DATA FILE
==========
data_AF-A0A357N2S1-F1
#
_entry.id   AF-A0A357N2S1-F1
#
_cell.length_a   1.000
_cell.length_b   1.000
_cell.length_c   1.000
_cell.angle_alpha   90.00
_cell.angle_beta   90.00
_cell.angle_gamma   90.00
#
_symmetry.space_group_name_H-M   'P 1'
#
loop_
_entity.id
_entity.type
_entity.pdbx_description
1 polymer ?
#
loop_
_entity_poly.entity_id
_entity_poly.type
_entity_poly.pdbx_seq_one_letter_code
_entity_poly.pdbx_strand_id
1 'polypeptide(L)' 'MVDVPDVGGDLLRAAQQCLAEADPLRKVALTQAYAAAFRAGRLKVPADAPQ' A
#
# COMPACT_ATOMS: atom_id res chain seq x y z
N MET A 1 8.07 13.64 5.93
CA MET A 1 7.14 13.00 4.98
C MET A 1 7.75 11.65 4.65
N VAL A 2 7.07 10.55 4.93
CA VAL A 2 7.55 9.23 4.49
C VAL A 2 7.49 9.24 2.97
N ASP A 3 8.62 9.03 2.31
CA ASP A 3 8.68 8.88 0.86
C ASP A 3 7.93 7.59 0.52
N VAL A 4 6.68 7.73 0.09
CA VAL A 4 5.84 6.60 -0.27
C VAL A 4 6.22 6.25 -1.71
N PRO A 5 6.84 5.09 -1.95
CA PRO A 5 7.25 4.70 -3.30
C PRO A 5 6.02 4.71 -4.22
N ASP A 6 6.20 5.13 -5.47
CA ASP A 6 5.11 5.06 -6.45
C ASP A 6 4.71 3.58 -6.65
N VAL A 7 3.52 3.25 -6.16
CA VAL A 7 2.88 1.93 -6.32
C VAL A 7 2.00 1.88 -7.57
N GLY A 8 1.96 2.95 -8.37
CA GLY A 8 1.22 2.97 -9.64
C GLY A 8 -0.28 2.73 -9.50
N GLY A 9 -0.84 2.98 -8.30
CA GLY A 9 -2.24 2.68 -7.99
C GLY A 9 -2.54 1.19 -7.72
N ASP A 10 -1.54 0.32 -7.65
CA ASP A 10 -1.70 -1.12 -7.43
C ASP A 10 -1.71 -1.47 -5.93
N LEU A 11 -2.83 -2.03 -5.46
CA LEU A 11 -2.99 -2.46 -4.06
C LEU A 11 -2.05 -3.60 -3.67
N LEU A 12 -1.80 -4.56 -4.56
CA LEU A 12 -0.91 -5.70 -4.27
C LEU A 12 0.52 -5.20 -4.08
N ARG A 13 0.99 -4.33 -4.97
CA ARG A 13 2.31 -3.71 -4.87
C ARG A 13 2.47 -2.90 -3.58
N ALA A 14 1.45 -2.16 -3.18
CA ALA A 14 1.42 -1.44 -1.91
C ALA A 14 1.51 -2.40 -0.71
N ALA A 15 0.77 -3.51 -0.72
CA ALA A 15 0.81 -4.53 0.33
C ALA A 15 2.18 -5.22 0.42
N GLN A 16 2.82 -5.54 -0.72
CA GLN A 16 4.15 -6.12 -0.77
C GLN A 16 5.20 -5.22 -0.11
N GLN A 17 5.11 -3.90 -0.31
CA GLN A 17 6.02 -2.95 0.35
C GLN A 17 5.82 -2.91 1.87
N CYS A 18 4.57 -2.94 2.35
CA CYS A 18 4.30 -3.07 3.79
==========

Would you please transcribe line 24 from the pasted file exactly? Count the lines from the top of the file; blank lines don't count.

_entity_poly.pdbx_strand_id